Good friends

Exhort one another

Scripture encourages us to exhort one another every day, that the deceitfulness of sin may harden none of us (Hebrews 3:13). We are called to consider how we could stir up each other to love and good works (Hebrews 10:24). Our friendships ought to spur us on to obedience and godliness. We need faithful encouragement from godly friends to continue in our Christian walk. The encouragement of a friend will not save us from sin, but it is God’s means of grace to preserve us and help us remain committed to Christ. This encouragement is not to come in the form of flattery or pep talks. No! It is a call from a loving and concerned brother/sister in Christ to run the race with endurance (Hebrews 12:1), to fight the good fight (2 Timothy 4:7), to hold fast to the steady anchor (Hebrews 6:19), and to look towards the prize Christ has already achieved for us (Philippians 3:13-14). Whether you feel motivated or not, you need a friend to cheer you on as you run this race. 

Our friendships ought to nudge us to pursue what we love and are good at. Urafiki ni kujengana. We ought to sharpen, point each other to ways we could grow in our different spheres of life, and enjoy the world our good God has given us. Encouragement is refreshing, so true friendship should nourish and refresh us. 

Rebuke One Another and are Open to Correction

A friend who is good at cheering on but fails to call out sin that is plain to sight is neither a good nor genuine friend. Solomon reminds us in Proverbs: “Faithful are the wounds of a friend; profuse are the kisses of an enemy.” (Proverbs 27:6). Sometimes, we shy from rebuking our friends’ sins because we fear the loss of friendship. A friendship lost where sin was exposed and rebuked was no friendship in the beginning. Some of us worry that our way of rebuke may be unkind or unloving. However, God promises to help us; we can always run to him for wisdom (James 1:5). 

Sin blinds us from the light of Christ; it deceives us into thinking we are living our lives well. We need friends to lovingly and gently (Galatians 6:1) show us our areas of sin. We need friends who can be brutally honest with us (Matthew 18:15). We have not been removed from the presence of sin. As God is sanctifying us, we need friends who will confront our sin in love (Ephesians 4:15). A good friend takes on the correction of a friend joyfully and lovingly, in humility. Do we listen when corrected? Or do we recoil when a friend offers rebuke? Consider Solomon’s counsel in Proverbs 15:31-32; “the ear that listens to life-giving reproof will dwell among the wise. Whoever ignores instruction despises himself, but he who listens to reproof gains intelligence.”  Humility ought to be our heart’s posture when taking or receiving reproof. Loving and wise correction is helpful, though hard at the time, and yields joy, peace, and wisdom.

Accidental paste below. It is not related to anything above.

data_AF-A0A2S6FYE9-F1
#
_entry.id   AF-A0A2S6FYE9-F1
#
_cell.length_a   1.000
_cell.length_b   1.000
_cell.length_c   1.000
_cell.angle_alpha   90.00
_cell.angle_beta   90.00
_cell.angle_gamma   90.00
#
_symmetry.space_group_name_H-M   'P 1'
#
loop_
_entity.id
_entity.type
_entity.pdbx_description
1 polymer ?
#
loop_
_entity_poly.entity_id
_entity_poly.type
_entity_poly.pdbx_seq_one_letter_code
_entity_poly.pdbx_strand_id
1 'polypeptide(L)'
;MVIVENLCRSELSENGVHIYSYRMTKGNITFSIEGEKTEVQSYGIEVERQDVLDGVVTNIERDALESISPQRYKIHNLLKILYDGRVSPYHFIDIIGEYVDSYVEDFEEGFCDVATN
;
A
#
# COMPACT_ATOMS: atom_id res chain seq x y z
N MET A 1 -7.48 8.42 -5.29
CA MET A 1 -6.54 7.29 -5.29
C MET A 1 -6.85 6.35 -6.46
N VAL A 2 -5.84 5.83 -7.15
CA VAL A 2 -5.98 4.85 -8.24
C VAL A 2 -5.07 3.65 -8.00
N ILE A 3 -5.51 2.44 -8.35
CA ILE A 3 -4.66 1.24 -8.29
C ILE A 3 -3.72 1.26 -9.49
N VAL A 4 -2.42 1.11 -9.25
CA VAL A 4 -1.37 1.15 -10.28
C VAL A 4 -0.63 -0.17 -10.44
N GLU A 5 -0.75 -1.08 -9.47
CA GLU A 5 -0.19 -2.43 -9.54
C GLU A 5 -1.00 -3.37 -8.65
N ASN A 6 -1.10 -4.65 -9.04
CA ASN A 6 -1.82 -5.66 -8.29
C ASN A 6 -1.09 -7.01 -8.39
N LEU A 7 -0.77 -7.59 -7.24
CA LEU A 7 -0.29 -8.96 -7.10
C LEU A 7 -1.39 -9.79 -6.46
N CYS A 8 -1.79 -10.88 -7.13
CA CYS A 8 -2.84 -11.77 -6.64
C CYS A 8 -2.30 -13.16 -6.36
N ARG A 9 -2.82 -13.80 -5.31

Are Willing to Invest

One thing that plagues friendships today is a lack of willingness to sacrifice for or invest in the friendship. For a friendship to grow and not feel one-sided, friends must be willing to invest both time and sometimes resources. Friendship is like a plant. It ought to be watered and cared for to sustain its health, which requires effort. Friendships may start organically without effort, but that differs from how they are sustained. Good, true, lasting, and satisfying friendships take time and sacrifice and are rewarding investments. 

Avoid Unrealistic Expectations

Another killer of friendships and other kinds of relationships is unrealistic expectations. We expect perfect friends yet live in the reality of sin, including our own. Our culture has taught us to hold very high standards for friends, hindering us from extending grace, forgetting that grace was first extended to us (Romans 5:6-9). A reality of life is that friendships will look different for different life seasons, age groups, personality types, etc. Regardless, we are called to be kind, tenderhearted, and forgiving (Ephesians 4:32). Remember, love is patient and kind, does not insist on its way, is not resentful, keeps no record of wrongs, and bears all things (1 Corinthians 13:4-7). Brothers and sisters, remember this: even the best of friends sometimes will fail us. However, the painful wounds of a friend’s failure should point us to the greatest friend, Jesus, who never fails nor forsakes us (Psalms 37:25). 

Bear Each Other’s Burdens

God calls us to bear each other’s burdens (Galatians 6:2). A great rebuke I heard from a song a few years back that has stuck with me is, “Only a fool suffers alone.” We are not designed to live in isolation. God has gifted us people to point us to himself and share in our joys and pains. For a long time, I struggled to share my struggles with friends. It was a foreign idea: I could ask a friend to help me with my needs or even pray with me. Our culture has trained us to be individualistic and pretend to have everything together. True friends confess their sins to each other and pray for one another (James 5:16). Jesus bore the weight of our sins and our griefs and took up our sorrows (Isaiah 53:4), and we imitate him as we carry each other’s burdens. I could not agree more with the adage, “A friend in need is a friend indeed!” We do not do well alone; we need friends around us (Ecclesiastes 4:9-12). Share your burdens. Pray for one another. Lift each other up when one falls. 

We are not created to be lone rangers. Do you struggle with friendships? Pray that the Lord blesses you with genuine friendships. Do you suffer wounds of friendship that didn’t work out? Pray that our good God heals and gifts you with meaningful, fruitful friendships. Above all, do not just pray for a better friend, become one.